Paper ballots important
I ask how can I be certain my vote counted and can we program a plan for recounting our votes in a close election? Could it be as simple as this?
When we vote in a national election, we find two additional papers on our envelopes — one stating how we voted and another regarding recounts.
Number one — the smaller paper has a number. Say mine is “50” and yours is “100,” which is only known to us for no one is to know how we voted. This paper has four squares — Republican, Democrat, Independent or Other — and we check the proper one. This paper will be printed out and displayed so we can check to see if our vote was counted properly. If there is a duplice “50” that can be noted and checked on, but that would be doubtful. If we find our number never printed, that too could be noted and checked on. Then, for the first time, I would know that my vote counted.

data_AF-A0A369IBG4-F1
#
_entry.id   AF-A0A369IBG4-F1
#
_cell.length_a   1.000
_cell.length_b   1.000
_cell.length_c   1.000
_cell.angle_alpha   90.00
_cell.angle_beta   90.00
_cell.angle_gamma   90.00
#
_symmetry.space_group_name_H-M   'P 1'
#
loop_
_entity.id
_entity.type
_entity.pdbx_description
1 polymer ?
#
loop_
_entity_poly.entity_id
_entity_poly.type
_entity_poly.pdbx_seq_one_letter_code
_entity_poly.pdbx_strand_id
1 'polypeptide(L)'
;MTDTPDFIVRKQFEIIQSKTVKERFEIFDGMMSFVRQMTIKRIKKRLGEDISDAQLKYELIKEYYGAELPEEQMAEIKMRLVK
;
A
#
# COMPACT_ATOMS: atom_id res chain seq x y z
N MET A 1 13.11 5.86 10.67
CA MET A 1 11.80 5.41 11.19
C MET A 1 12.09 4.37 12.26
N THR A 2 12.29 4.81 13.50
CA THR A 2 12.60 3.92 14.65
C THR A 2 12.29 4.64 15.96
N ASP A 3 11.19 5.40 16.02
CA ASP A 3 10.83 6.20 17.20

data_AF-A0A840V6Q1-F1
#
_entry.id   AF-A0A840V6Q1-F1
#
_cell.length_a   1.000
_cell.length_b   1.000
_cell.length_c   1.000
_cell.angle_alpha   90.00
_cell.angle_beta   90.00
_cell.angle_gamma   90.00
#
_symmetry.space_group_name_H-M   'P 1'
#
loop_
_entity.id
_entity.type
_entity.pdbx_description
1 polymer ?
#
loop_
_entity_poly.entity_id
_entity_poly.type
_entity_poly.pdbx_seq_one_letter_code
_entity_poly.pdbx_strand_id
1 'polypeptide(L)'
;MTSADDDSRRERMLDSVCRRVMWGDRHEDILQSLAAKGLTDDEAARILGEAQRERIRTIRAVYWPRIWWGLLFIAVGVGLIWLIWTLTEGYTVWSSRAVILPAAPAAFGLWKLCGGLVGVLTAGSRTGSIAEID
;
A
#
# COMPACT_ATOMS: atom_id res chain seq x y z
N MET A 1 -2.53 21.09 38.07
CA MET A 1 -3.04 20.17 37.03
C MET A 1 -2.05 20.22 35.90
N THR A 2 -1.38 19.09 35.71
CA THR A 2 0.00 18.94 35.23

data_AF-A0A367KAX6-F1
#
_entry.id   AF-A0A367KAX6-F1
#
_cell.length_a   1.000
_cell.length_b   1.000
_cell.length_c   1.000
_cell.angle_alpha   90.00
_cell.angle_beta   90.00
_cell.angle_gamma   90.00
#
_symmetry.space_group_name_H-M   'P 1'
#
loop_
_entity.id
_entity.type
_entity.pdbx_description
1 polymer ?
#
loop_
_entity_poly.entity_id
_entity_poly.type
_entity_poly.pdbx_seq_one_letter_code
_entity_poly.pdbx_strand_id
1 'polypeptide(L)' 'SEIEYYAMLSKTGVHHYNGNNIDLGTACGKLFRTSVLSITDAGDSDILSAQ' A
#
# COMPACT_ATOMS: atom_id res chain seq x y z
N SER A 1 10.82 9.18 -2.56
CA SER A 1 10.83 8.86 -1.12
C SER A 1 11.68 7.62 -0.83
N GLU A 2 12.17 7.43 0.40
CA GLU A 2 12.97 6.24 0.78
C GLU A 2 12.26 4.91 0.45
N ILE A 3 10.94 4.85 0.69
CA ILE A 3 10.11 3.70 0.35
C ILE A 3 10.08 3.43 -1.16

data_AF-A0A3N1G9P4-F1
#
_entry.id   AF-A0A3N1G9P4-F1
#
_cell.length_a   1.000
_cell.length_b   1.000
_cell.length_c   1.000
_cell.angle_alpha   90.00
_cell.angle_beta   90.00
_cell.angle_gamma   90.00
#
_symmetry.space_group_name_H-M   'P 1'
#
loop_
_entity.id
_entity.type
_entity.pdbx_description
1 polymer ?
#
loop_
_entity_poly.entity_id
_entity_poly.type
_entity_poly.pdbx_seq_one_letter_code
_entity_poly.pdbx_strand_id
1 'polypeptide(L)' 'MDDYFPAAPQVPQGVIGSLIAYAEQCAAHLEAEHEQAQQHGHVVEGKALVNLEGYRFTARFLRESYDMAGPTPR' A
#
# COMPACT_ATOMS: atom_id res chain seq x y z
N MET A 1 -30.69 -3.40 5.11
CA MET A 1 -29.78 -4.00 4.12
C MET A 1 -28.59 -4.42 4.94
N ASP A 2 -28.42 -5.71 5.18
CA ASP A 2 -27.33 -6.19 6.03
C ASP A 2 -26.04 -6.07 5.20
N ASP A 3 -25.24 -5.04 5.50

Number two — I feel that paper votes should never be done away with for they make it possible for those of us who are elderly, living at the Embers, and those who are ill or unable to drive to the polls can vote. Also, those who vote on the machines would take the time to fill the paper ballots in order to save time if there is a close election for a recount. I can’t understand the recount for 2020 since there was 7 million more votes and it was not close at all.
I’m reminded back to our primary election and for the first time at Franklin School, we voted paper votes which saved the day — so to speak — when the machine didn’t report accurately. I do not know if the machine votes can be verified. That is why the paper ballots are so important.